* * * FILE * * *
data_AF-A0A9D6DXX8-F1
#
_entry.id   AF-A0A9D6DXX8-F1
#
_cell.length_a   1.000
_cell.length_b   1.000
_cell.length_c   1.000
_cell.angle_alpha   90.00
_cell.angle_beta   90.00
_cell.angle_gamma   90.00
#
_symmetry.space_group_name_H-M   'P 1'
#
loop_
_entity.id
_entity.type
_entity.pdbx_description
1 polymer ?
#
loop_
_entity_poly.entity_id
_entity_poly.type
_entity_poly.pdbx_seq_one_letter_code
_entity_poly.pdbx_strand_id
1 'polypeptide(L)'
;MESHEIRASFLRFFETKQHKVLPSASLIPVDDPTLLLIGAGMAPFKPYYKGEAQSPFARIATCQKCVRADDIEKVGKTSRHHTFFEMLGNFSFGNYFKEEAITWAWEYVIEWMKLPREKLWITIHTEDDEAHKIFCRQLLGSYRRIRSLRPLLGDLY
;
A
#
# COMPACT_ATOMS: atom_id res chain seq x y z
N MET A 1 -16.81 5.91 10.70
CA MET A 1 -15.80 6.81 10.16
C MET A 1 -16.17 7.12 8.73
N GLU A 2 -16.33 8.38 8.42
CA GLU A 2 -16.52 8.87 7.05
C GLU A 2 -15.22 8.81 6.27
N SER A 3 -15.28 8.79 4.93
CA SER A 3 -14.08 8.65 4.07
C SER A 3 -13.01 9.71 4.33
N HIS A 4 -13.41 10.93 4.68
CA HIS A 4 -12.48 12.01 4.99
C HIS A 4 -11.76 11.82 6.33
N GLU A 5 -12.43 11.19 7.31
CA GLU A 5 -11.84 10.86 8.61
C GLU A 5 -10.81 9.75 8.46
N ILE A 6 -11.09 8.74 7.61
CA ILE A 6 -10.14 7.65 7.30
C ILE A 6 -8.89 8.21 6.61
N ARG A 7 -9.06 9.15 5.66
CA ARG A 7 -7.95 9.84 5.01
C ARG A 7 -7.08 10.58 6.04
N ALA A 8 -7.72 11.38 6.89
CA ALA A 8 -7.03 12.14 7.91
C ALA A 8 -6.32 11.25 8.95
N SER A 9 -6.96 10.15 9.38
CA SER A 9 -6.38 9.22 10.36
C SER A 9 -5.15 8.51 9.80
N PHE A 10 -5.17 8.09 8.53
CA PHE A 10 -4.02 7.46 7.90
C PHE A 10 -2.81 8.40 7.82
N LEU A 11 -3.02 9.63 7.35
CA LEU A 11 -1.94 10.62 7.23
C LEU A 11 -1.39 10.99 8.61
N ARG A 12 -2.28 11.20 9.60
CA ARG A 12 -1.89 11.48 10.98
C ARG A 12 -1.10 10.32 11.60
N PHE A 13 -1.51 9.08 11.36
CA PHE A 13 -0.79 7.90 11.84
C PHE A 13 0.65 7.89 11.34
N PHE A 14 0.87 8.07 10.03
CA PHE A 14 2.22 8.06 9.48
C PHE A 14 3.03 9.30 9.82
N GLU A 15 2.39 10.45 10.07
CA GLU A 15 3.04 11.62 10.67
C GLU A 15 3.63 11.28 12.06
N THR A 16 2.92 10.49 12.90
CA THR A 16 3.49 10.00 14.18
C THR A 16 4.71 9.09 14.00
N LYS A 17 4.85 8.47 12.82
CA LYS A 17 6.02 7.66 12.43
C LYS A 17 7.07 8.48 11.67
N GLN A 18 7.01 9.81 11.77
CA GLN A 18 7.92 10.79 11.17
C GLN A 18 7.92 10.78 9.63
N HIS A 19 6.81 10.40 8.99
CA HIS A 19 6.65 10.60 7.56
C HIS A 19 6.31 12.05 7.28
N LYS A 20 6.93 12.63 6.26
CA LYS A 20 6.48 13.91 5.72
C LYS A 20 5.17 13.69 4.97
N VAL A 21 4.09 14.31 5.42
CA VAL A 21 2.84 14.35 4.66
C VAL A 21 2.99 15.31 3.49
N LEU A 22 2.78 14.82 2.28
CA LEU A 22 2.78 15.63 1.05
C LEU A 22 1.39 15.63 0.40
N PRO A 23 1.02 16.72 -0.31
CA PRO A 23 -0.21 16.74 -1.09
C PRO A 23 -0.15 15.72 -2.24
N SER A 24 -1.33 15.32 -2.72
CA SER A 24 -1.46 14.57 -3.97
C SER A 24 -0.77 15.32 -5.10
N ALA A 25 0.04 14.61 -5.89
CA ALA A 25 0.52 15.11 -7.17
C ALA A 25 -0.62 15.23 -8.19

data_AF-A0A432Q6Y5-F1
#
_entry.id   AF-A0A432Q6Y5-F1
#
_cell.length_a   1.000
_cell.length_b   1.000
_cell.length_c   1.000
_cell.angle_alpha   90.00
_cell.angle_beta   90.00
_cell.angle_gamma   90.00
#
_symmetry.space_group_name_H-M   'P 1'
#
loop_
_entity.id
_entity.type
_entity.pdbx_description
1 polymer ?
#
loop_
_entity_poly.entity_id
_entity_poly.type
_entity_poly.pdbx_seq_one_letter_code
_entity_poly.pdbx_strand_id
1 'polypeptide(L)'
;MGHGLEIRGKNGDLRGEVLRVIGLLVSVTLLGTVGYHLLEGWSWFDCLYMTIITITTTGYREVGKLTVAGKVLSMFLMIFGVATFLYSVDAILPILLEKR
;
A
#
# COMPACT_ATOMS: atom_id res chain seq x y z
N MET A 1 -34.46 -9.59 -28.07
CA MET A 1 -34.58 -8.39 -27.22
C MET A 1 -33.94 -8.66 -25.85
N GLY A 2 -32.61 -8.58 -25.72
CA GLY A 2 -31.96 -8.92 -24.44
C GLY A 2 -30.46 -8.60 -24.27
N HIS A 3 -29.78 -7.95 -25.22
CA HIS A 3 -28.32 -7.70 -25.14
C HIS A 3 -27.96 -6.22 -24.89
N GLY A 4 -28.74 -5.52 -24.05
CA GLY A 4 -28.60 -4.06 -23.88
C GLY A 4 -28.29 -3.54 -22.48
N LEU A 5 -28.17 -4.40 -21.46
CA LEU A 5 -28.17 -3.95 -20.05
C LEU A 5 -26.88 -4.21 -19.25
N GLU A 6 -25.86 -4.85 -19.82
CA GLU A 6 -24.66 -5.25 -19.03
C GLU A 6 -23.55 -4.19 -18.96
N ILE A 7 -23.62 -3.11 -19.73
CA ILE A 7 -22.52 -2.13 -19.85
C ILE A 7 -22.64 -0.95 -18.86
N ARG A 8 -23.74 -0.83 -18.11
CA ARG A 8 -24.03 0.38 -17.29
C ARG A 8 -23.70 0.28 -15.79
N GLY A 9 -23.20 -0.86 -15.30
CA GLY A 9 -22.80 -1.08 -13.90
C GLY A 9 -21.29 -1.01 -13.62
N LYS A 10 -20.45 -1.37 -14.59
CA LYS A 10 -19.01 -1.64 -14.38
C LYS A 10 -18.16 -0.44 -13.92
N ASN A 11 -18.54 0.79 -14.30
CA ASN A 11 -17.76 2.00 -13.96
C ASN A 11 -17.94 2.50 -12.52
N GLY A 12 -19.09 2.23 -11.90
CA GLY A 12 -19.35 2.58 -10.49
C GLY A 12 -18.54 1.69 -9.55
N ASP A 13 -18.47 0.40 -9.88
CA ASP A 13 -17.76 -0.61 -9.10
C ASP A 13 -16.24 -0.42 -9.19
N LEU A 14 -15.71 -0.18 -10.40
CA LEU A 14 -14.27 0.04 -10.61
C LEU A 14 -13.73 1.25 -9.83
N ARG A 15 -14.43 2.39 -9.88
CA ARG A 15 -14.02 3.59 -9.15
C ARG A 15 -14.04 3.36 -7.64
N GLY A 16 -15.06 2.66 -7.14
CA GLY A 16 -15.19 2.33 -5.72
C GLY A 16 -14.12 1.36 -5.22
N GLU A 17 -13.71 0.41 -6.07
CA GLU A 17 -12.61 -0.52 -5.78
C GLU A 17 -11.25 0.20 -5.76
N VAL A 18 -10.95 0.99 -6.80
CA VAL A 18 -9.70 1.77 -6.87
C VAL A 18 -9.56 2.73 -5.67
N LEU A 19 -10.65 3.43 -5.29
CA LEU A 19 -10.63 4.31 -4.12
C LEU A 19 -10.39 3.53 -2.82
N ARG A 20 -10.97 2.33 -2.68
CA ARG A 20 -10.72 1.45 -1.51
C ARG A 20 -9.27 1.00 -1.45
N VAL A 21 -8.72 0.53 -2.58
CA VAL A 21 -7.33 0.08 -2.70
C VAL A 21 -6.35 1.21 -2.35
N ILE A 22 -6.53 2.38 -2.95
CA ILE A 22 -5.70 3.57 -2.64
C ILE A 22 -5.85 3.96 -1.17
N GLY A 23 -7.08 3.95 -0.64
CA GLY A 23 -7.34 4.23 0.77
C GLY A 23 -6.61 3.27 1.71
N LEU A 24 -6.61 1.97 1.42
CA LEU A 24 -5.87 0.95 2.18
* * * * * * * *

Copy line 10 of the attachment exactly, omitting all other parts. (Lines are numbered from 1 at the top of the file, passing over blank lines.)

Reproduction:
_cell.angle_gamma   90.00